- The Telegraph: “Creationism Question in ‘Misleading’ Science GCSE”
The GCSE (General Certificate of Secondary Education, a test in subject competency for U.K. secondary school students) in question was prepared by the Assessment and Qualifications Alliance. The controversy in the U.K. concerns a question that required examinees on June 22 to match four “theories of how new species of plants and animals have developed” with the sentence that best described them.
The four theories presented were creationism, intelligent design, Darwinism, and Lamarckism. The correct sentence describing creationism read, “Fossils of all the different kinds of animals appear suddenly in the rocks, with no evidence of ancestors.” Intelligent design was said to be based on the “complicated way in which cells work.”
According to critics, the problem was both that creationism and intelligent design appear to have been placed on an equal level with Darwinism, and that they were all described as “theories.” One such critic was University of Sussex education lecturer James Williams, who said, “This gives an unwarranted high profile to creationism and intelligent design as ideas of equal status with tested scientific theories.”
An AQA spokesman answered, “Merely asking a question about creationism and intelligent design does not imply support for these ideas. Neither idea is included in our specification and AQA does not support the teaching of these ideas as scientific.” However, the AQA acknowledged the confusion over the word “theory,” called the question “misleading,” and promised not to include similar questions in future tests.
The entire outcry reminds us of the controversy ignited last year when Michael Reiss, then Royal Society director of education in the U.K., merely stated that if creation is brought up by a student, teachers shouldn’t shoot it down without explanation. “I think a better way forward is to say to them, ‘Look, I simply want to present you with the scientific understanding of the history of the universe and how animals and plants and other organisms evolved,’” he had said, clearly not endorsing creation. Yet he was summarily forced to resign.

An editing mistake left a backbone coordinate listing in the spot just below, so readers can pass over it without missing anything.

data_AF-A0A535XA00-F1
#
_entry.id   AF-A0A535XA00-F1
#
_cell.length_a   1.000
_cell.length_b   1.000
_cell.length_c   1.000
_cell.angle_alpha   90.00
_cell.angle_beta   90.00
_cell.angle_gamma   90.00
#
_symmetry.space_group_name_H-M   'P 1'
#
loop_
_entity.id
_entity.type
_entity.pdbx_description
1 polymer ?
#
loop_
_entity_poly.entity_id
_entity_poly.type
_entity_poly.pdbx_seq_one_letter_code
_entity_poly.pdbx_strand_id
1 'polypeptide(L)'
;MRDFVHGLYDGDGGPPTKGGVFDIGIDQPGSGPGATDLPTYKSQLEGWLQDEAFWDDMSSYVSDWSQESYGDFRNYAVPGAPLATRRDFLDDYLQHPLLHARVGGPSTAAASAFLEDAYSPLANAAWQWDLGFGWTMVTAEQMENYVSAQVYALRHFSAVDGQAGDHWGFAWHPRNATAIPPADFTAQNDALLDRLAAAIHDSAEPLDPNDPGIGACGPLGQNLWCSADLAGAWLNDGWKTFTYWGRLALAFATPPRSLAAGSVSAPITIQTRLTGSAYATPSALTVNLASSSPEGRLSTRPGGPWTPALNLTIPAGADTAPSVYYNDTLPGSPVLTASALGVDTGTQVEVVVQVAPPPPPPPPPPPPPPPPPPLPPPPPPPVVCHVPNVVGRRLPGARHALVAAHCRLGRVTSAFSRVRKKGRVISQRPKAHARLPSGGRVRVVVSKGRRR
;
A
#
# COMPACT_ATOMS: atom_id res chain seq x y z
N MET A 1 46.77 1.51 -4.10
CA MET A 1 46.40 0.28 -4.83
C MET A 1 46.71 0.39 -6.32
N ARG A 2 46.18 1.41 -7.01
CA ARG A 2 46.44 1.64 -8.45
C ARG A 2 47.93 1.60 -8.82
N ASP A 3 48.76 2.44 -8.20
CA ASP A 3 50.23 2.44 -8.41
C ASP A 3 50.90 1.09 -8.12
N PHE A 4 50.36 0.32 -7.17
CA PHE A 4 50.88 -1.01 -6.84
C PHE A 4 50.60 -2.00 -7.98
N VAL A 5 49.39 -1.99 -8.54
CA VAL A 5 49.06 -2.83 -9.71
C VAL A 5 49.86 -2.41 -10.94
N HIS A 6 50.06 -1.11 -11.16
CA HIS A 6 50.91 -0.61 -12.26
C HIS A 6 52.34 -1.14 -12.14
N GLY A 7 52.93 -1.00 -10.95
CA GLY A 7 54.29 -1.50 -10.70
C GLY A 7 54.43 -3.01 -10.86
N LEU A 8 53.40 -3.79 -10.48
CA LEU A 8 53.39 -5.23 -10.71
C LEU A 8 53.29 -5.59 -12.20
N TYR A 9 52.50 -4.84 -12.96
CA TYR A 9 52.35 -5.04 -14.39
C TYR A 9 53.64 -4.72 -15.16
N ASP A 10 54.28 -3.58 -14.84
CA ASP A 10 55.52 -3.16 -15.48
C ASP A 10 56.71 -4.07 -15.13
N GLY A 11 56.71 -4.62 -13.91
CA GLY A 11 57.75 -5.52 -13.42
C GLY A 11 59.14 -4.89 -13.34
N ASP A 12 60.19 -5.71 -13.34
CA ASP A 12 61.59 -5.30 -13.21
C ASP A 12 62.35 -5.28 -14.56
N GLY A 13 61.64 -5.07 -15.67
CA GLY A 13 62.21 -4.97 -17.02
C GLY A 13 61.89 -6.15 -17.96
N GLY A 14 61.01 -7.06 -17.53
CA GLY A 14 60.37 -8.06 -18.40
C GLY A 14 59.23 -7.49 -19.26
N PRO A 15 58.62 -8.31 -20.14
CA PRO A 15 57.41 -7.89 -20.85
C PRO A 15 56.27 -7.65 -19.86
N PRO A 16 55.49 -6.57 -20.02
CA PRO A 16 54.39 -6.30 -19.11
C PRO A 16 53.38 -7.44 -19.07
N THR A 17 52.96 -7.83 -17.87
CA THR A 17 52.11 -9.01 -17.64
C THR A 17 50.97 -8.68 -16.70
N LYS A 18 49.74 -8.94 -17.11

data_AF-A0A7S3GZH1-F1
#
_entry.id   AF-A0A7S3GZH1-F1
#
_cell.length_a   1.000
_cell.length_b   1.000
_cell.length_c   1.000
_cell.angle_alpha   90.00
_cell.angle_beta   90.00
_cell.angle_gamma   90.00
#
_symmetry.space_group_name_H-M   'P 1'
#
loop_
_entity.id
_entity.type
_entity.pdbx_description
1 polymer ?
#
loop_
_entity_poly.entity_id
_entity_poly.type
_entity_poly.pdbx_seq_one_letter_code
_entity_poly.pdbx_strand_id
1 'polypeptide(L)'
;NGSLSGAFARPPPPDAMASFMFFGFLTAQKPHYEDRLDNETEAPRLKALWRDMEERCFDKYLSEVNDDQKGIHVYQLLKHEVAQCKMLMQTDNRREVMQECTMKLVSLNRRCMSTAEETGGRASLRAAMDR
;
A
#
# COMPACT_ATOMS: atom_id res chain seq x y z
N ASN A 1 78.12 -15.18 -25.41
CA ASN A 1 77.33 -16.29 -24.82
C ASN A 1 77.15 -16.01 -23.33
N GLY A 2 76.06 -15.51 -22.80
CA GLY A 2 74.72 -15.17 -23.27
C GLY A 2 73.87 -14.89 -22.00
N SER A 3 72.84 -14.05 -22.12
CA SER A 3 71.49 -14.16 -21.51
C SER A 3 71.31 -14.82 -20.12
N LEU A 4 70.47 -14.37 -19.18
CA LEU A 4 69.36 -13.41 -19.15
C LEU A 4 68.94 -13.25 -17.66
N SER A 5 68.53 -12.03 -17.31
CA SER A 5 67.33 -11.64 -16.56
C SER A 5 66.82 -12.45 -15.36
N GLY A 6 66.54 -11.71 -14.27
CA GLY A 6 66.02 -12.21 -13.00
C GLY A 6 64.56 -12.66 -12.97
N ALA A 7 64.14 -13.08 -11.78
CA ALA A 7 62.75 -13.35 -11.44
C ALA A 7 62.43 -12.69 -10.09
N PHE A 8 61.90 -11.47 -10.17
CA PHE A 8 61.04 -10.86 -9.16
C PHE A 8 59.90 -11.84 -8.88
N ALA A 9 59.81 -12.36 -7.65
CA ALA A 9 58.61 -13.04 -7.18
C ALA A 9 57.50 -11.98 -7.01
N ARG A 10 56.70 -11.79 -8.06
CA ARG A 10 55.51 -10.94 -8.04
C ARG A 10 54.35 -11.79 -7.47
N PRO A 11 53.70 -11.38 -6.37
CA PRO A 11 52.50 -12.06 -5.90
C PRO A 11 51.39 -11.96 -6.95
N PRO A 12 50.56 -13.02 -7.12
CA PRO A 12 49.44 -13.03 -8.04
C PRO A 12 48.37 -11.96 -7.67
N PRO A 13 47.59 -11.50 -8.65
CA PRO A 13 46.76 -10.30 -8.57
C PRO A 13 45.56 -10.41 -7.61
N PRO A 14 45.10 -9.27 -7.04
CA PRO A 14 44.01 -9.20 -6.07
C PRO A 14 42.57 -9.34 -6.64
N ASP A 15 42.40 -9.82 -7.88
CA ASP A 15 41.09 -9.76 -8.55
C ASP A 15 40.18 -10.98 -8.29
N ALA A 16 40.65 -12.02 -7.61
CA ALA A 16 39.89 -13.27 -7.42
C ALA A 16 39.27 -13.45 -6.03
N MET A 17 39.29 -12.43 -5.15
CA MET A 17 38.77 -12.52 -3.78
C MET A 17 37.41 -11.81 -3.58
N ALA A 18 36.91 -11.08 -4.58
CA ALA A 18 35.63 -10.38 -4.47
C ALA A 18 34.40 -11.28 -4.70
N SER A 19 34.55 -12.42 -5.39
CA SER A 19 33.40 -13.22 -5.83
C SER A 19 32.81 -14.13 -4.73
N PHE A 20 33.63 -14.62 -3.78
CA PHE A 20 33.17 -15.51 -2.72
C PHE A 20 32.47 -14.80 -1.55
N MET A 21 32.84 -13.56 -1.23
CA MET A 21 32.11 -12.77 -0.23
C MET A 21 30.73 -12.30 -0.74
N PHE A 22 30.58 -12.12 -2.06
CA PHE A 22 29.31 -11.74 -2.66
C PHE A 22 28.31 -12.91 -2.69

Evolutionists want no mention or discussion of creation or intelligent design whatsoever.
The picture given by both outcries is clear: evolutionists want no mention or discussion of creation or intelligent design whatsoever, even if the sole purpose is to explain what evolutionists find wrong with creation. This attitude seems strange considering the high percentage of creationists among the general population, a fact that causes evolutionists continual consternation. If Darwinian evolution is so clearly accurate and creation is so clearly in error, why should evolutionists be afraid of teaching students the difference and ensuring they understand the debate? Instead, given the culture of censorship, it makes the message of creation all the more potent when students hear the Genesis message and realize they were never given a fair understanding of what creationists actually believe.
In related news, the same James Williams quoted above has urged evolution indoctrination begin in primary school, reports The Argus.1 “Misconceptions set in primary school will be very difficult, if not impossible, to correct over ten years later,” he said, attacking such television programs as The Flintstones and Barney that feature human–dinosaur interaction (in the evolutionary worldview, dinosaurs died out about 65 millions years before modern humans appeared). Does Williams assume that rather than having good scientific reasons for accepting creation, all creationists have merely been brainwashed by children’s television shows?
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